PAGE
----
Updated: Aug 24, 2018
4K ULTRA HD REVIEW / FRAME SHOTS
“THE QUICK AND THE DEAD”
4K Ultra HD, Blu-ray, Digital copy; 1995; R for violence and a flash of nudity; Amazon Video, FandangoNow (4K), Google Play, iTunes, Movies Anywhere, Vudu, YouTube
Best extra: New deleted scenes
ON THE SURFACE, this mid-1990s Western from director Sam Raimi seems an offbeat choice for a 4K Ultra HD selection from Sony Pictures with thousands of other movies to be considered.
First, it’s not an anniversary edition, normally top criteria in Sony’s catalog release schedule of 4K mastered films. The studio has produced some of the finest with “The Bridge on the River Kwai: 60th Anniversary” and “Close Encounters of the Third Kind: 40th Anniversary” leading the pack. Other Sony benchmarks coincide with sequels hitting theaters. Ron Howard’s “The Da Vinci Code” and “Angels & Demons” were released on 4K when the third installment, “Inferno,” was released. This month, Denzel Washington’s “The Equalizer” got a Sony 4K release when “The Equalizer 2” hit the multiplex.
But then we look at the cast of “The Quick and the Dead” and the fun to be had in Raimi’s fantasy Western starring Sharon Stone as “The Lady,” a vengeance-seeking gunslinger, and Gene Hackman chewing scenery by the bucket as John Herod, former outlaw, now ruthless mayor of Redemption, a mean little Texas border town. Throw in Leonardo DiCaprio as The Kid, Herod’s young bastard son, and Russell Crowe in his American film debut as Cort, one of Herod’s old gang, who has reformed and become a preacher, and you’ve got a cast that keeps your attention. Lance Henriksen, Pat Hingle, Gary Sinise, Woody Strode and other terrific character actors keep this rodeo going with violence, gunplay, hangings, ambushes and more.
The script was written by British screenwriter Simon Moore as a tribute to Sergio Leone’s Spaghetti Westerns, although he had never seen the American West until he was on the Arizona movie set in late 1993 and early '94. An uncredited Joss Whedon boosts “The Quick and the Dead” to grand cuisine. Herod holds a gun fighting contest, inviting every gunslinger from sideshow sharp shooter to mangy outlaw. Everyone must play to the death and no competitor can refuse a challenge. The Kid wants to impress his Dad; Herod wants to force The Reverend Cort back in the game; and The Lady wants revenge for one of Herod’s foul deeds. Western fans will spot the stock characters and clichés presented with tongue firmly in cheek.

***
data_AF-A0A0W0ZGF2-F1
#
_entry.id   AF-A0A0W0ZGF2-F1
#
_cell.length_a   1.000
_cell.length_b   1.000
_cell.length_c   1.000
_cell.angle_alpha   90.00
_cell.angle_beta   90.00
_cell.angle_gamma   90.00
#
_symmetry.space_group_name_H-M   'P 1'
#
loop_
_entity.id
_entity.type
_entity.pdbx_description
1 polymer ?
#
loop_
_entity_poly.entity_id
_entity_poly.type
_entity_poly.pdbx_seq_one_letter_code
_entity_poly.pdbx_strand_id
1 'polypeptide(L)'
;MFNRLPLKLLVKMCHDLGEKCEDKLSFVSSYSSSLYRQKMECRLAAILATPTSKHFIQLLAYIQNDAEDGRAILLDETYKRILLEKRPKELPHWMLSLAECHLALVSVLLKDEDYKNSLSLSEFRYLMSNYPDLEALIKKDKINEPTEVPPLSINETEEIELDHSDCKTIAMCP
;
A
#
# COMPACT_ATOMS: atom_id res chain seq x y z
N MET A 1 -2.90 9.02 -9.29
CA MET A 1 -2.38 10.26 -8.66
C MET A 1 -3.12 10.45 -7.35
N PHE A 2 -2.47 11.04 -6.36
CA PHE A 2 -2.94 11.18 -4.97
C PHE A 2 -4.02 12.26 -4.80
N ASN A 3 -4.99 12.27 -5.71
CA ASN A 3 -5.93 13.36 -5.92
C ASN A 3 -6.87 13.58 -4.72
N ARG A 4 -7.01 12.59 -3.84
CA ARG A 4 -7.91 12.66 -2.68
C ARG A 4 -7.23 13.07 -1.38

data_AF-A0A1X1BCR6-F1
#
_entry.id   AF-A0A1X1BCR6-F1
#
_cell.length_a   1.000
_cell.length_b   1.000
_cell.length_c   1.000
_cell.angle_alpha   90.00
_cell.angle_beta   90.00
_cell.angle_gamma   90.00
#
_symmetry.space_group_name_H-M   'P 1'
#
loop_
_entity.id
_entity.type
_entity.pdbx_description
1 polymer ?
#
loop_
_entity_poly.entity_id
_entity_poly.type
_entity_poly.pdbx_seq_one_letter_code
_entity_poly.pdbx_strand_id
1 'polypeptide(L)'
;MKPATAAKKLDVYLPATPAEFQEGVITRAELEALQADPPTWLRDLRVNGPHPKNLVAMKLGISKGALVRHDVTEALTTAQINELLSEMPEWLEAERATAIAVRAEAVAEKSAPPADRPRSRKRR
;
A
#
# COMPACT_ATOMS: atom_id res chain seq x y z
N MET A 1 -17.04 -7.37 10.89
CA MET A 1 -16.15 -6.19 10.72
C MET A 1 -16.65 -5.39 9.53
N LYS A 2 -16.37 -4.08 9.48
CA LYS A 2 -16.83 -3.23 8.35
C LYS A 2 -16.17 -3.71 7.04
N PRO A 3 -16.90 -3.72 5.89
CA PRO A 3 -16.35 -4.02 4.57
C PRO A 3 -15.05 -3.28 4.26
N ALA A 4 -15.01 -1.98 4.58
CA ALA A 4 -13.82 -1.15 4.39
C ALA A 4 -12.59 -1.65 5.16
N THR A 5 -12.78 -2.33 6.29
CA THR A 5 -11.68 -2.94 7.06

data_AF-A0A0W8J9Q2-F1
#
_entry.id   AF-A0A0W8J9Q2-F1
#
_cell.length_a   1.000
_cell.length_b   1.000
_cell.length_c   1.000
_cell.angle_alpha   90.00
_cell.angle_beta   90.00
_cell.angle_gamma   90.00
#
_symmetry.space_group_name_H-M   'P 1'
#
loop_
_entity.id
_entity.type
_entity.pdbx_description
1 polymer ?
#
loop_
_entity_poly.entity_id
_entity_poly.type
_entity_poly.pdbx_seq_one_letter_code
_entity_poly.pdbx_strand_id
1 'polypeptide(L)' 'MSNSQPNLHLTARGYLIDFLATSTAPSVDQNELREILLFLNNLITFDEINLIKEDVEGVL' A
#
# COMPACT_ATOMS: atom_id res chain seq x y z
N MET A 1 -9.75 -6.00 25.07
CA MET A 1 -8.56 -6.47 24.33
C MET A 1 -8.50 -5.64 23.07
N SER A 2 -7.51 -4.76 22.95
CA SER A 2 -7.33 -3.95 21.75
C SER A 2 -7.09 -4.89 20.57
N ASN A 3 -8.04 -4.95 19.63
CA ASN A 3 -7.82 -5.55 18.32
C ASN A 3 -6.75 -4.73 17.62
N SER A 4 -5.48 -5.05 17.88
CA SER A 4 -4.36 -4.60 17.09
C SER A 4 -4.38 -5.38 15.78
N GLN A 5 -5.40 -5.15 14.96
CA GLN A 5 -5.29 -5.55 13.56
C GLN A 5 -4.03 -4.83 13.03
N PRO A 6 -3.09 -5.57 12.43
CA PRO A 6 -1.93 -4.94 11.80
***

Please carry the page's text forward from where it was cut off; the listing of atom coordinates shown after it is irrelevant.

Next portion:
As with Jon Favreau’s “Cowboys & Aliens,” filmgoers didn’t know what to make of this at first. Over the years, “The Quick and the Dead” has become a cult favorite, pushing past its initial lukewarm reviews and tepid box office returns that placed it at No. 85 in the top movies list for 1995.
EXTRAS Sony never showed much love by way of bonus features in earlier releases – there have never been any interviews, a making-of or galleries. No director’s commentary. The 4K disc now includes seven previously unreleased deleted scenes in 4K resolution, but full of marks and scratches. The most interesting is a short clip of the wedding between “The Kid” and his girlfriend.
VIDEO Right off the bat, you’ll notice a major bump in resolution compared to the Blu-ray, which is the same one from 2009. Newly mastered in 4K, clarity is more expansive. An example is a wide, exterior shot of Herod’s house showing the finest detail of each piece of siding and wood-shingled roof. Film grain is natural and apparent as it should from the mastered source of the 35mm camera negative. Italian cinematographer Dante Spinotti (“L.A. Confidential,” “The Insider”) filmed with an open matte (1.85:1 aspect ratio), which was matted in the theater, and the same for this 4K presentation in its intended composition. The frantic pace and crazy angle shots call for frantic editing.
HDR toning is much darker without losing detail in the shadows. The blacks are deeper and the colors richer giving all those blue eyes – Stone, Crowe, DiCaprio – real pop, while facial color palettes look natural throughout various ethnicities.
AUDIO The original Dolby TrueHD soundtrack on the Blu-ray has been upgraded to Dolby Atmos, which expands the soundstage to the height speakers, giving the sound design an active experience from ambient effects to gun blasts moving from front to back. The bass response also is deeper as composer Alan Silvestri’s (“Silverado,” “Back to the Future” and “Ready Player One”) score provides a variety of moods and textures, with shadows of Ennio Morricone’s western musical phrases.
Before filmgoers came to know Raimi as the genius behind the Tobey Maguire "Spider-Man" films, fans knew him as the filmmaker behind "The Evil Dead," "Army of Darkness" and TV’s "Xena: Warrior Princess."
Still, this is Stone's show and she puts on quite a performance – ramrod tough and desperately vulnerable. She was nominated for an Oscar in Martin Scorsese’s “Casino” nine months after her performance here as “The Lady.”
― Kay Reynolds and Bill Kelley III, High-Def Watch producer